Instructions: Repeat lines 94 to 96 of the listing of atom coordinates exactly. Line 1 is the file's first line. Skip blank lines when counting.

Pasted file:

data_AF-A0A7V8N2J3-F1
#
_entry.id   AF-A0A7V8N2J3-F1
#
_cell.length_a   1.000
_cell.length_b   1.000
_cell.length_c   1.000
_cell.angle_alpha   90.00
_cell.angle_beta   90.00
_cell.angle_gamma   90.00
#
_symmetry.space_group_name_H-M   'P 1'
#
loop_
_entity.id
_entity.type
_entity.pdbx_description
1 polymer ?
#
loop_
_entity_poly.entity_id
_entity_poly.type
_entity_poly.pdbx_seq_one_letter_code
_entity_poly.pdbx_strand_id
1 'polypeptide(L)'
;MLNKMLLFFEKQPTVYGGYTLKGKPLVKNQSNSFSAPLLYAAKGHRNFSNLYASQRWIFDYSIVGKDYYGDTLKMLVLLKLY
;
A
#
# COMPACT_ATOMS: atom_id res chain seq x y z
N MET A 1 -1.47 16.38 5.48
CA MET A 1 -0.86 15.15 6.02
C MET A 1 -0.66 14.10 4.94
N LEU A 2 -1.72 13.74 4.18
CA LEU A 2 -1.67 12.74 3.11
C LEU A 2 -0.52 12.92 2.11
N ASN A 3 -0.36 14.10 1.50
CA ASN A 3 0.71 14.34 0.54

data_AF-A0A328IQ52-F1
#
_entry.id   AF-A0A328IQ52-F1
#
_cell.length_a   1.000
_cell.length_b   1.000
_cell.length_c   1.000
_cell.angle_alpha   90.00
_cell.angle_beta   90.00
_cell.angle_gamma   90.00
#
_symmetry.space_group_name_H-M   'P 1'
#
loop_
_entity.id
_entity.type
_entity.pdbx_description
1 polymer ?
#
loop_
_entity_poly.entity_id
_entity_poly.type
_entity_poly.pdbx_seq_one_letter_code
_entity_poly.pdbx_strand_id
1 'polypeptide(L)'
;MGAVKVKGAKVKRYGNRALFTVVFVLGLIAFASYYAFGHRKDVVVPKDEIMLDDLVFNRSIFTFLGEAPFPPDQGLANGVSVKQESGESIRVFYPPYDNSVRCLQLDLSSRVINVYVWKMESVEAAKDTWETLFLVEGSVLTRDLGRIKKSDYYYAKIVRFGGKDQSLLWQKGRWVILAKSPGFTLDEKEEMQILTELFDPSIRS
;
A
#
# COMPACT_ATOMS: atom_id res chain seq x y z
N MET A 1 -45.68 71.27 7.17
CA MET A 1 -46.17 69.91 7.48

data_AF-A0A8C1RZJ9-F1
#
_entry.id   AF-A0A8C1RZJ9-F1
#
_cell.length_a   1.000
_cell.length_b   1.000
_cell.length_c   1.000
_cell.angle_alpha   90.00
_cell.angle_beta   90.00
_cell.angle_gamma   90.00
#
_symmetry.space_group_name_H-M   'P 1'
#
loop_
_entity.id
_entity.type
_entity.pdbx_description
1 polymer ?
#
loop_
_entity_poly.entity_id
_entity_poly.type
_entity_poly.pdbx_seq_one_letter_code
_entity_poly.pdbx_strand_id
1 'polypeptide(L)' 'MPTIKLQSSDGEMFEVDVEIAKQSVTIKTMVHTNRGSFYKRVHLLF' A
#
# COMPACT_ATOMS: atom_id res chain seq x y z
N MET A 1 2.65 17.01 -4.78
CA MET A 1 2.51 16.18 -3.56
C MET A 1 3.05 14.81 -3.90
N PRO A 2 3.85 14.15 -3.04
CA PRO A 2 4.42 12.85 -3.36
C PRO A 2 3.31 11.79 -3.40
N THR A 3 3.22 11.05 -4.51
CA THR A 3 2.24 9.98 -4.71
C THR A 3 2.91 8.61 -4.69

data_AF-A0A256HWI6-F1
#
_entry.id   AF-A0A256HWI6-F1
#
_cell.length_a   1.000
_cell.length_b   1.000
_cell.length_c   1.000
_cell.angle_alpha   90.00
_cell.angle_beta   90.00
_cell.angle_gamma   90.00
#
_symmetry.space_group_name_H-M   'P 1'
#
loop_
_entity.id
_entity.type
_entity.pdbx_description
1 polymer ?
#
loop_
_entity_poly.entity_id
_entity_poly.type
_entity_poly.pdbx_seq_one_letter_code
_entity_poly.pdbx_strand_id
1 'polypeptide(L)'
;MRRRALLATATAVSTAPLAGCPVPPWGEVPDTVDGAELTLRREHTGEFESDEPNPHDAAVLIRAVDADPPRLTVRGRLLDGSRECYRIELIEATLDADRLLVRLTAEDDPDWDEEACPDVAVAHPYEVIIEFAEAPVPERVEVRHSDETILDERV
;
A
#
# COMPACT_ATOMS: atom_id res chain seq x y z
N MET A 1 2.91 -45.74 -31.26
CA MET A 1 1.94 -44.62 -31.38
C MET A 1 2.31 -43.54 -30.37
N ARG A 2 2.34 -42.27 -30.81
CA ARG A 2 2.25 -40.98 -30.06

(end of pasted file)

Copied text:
_entity_poly.pdbx_strand_id
1 'polypeptide(L)' 'MPTIKLQSSDGEMFEVDVEIAKQSVTIKTMVHTNRGSFYKRVHLLF' A
#